Today, the Florida Department of Law Enforcement (FDLE) released the Florida Medical Examiners Commission’s Report on Drugs Identified in Deceased Persons. The report contains information compiled from autopsies performed by medical examiners across the state in 2003. During that period there were approximately 170,000 deaths. According to the report, 6,767 individuals examined had drugs in the system.
Medical Examiners collected information on the following drugs: Ethyl Alcohol, Amphetamines, Methamphetamines, MDMA (Ecstasy), MDA, MDEA, Alprazolam, Diazepam, Flunitrazepam (Rohypnol), other Benzodiazepines, Cannabinoids, Carisoprodol/Meprobamate, Cocaine, GHB, Inhalants, Ketamine, Fentanyl, Heroin, Hydrocodone, Hydromorphone, Meperidine, Methadone, Morphine, Oxycodone, Propoxyphene, Tramadol, and Phencyclidine (PCP).
The report reveals a decrease in the incidences of Heroin in 2003 when compared with 2002. This decrease includes cases in which the drug levels found during the exams were both lethal and non-lethal. In addition, the report indicates the three most frequently occurring drugs found in decedents were Ethyl Alcohol (3,467), all Benzodiazepines (1,794), and Cocaine (1,614). The drugs that caused the most deaths were Cocaine, all Benzodiazepines, Methadone, Oxycodone, Ethyl Alcohol, Heroin, Alprazolam, and Morphine.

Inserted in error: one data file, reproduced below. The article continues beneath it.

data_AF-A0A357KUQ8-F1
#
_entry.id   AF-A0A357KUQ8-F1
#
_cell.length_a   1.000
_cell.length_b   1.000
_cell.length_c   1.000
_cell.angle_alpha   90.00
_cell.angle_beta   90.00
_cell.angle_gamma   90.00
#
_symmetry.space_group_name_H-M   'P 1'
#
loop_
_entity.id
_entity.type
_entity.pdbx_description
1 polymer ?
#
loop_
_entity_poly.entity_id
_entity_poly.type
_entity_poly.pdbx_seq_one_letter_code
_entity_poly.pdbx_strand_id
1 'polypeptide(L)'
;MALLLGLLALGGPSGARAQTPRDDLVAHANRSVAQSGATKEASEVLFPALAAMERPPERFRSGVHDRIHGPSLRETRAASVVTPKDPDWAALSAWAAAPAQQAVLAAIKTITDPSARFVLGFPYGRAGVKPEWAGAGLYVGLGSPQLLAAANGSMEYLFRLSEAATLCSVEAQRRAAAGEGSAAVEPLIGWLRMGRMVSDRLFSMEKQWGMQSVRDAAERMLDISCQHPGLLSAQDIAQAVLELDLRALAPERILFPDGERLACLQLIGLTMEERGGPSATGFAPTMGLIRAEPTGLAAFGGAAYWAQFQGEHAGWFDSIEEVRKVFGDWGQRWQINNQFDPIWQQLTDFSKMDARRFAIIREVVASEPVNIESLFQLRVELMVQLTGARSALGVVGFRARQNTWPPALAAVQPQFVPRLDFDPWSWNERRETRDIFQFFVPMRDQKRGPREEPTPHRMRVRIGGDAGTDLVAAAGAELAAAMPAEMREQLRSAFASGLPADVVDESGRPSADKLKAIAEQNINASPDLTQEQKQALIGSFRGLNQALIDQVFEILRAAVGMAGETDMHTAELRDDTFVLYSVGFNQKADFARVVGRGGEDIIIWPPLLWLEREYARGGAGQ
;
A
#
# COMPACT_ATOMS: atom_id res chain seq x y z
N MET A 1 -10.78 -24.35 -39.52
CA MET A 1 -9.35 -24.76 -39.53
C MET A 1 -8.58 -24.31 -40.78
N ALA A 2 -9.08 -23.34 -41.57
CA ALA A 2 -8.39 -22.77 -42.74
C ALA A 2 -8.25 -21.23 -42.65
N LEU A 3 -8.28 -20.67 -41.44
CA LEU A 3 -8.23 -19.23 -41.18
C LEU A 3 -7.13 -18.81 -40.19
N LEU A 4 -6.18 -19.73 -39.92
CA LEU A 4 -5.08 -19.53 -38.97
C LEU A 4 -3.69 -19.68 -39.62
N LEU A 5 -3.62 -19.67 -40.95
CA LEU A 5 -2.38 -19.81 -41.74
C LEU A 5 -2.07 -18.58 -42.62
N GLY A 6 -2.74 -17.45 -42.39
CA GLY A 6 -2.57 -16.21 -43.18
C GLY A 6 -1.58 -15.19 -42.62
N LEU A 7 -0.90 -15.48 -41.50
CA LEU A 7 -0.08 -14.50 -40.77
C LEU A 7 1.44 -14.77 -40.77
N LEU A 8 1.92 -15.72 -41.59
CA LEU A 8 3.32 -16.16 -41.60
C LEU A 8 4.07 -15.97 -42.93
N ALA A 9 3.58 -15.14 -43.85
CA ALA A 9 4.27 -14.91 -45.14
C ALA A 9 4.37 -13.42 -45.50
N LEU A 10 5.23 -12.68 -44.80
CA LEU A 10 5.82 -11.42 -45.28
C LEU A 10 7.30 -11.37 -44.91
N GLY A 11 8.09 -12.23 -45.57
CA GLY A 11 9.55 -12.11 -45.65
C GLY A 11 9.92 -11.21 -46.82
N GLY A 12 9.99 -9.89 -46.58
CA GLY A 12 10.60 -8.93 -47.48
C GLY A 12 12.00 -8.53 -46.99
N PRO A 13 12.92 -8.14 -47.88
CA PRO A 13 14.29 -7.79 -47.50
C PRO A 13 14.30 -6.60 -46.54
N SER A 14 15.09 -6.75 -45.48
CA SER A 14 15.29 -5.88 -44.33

The three drugs that were the most lethal, meaning more than 50 percent of the deaths were caused by the drug when the drug was found, were Heroin (88 percent), Fentanyl (63 percent), and Methadone (60 percent). The report also reveals that excluding newly tracked prescription drugs, prescription drugs of Benzodiazepines, Hydrocodone, Methadone, and Oxycodone continued to be found more often than illicit drugs in both lethal (60 percent) and non-lethal (55 percent) levels during 2003.
“This report shows that with few exceptions, both illicit and prescription drugs persist in being a continuing and increasing danger to the citizens of the State of Florida,” said FDLE Commissioner Guy Tunnell. “While heroin deaths have decreased over the past year, most of the other illicit and prescription drug deaths remain at an alarming level for the year, although decreases are noted during the second half of the year.”
“The results from this report are evidence of the immense danger associated with drug abuse and more specifically prescription drug abuse,” said Jim McDonough, Director of the Florida Office of Drug Control. “Far too many Floridians are dying from prescription drugs. To address this problem Florida will continue to strengthen its efforts in the areas of prevention, treatment, and law enforcement in order to reduce the unacceptable amount of deaths that result from the abuse of prescription drugs.”